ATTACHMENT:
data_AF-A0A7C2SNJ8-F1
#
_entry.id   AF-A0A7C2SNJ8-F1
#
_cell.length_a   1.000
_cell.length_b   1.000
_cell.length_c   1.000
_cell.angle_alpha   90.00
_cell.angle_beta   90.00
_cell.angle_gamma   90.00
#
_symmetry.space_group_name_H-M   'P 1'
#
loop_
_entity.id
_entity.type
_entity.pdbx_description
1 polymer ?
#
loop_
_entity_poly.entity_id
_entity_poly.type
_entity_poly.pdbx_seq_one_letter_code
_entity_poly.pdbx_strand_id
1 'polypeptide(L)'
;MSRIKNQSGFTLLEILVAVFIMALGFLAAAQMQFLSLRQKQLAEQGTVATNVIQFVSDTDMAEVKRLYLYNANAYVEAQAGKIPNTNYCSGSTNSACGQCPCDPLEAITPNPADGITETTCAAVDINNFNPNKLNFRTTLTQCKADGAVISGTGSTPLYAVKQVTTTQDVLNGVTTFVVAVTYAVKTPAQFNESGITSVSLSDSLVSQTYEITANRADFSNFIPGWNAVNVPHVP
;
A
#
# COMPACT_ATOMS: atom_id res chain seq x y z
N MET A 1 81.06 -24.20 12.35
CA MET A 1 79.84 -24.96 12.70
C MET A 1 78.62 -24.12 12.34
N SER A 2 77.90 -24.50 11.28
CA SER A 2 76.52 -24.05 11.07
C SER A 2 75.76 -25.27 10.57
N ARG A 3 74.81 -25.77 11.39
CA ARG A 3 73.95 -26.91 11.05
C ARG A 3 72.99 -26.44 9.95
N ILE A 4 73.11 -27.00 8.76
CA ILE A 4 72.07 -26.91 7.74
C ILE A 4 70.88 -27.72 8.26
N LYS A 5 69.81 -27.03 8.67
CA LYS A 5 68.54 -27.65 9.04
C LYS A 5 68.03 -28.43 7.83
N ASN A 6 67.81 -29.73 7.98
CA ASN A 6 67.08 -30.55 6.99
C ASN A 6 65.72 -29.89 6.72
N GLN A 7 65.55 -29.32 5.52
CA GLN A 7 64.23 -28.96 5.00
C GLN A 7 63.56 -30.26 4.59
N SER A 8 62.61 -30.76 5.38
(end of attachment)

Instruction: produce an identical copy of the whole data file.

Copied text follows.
data_AF-A0A7C2SNJ8-F1
#
_entry.id   AF-A0A7C2SNJ8-F1
#
_cell.length_a   1.000
_cell.length_b   1.000
_cell.length_c   1.000
_cell.angle_alpha   90.00
_cell.angle_beta   90.00
_cell.angle_gamma   90.00
#
_symmetry.space_group_name_H-M   'P 1'
#
loop_
_entity.id
_entity.type
_entity.pdbx_description
1 polymer ?
#
loop_
_entity_poly.entity_id
_entity_poly.type
_entity_poly.pdbx_seq_one_letter_code
_entity_poly.pdbx_strand_id
1 'polypeptide(L)'
;MSRIKNQSGFTLLEILVAVFIMALGFLAAAQMQFLSLRQKQLAEQGTVATNVIQFVSDTDMAEVKRLYLYNANAYVEAQAGKIPNTNYCSGSTNSACGQCPCDPLEAITPNPADGITETTCAAVDINNFNPNKLNFRTTLTQCKADGAVISGTGSTPLYAVKQVTTTQDVLNGVTTFVVAVTYAVKTPAQFNESGITSVSLSDSLVSQTYEITANRADFSNFIPGWNAVNVPHVP
;
A
#
# COMPACT_ATOMS: atom_id res chain seq x y z
N MET A 1 81.06 -24.20 12.35
CA MET A 1 79.84 -24.96 12.70
C MET A 1 78.62 -24.12 12.34
N SER A 2 77.90 -24.50 11.28
CA SER A 2 76.52 -24.05 11.07
C SER A 2 75.76 -25.27 10.57
N ARG A 3 74.81 -25.77 11.39
CA ARG A 3 73.95 -26.91 11.05
C ARG A 3 72.99 -26.44 9.95
N ILE A 4 73.11 -27.00 8.76
CA ILE A 4 72.07 -26.91 7.74
C ILE A 4 70.88 -27.72 8.26
N LYS A 5 69.81 -27.03 8.67
CA LYS A 5 68.54 -27.65 9.04
C LYS A 5 68.03 -28.43 7.83
N ASN A 6 67.81 -29.73 7.98
CA ASN A 6 67.08 -30.55 6.99
C ASN A 6 65.72 -29.89 6.72
N GLN A 7 65.55 -29.32 5.52
CA GLN A 7 64.23 -28.96 5.00
C GLN A 7 63.56 -30.26 4.59
N SER A 8 62.61 -30.76 5.38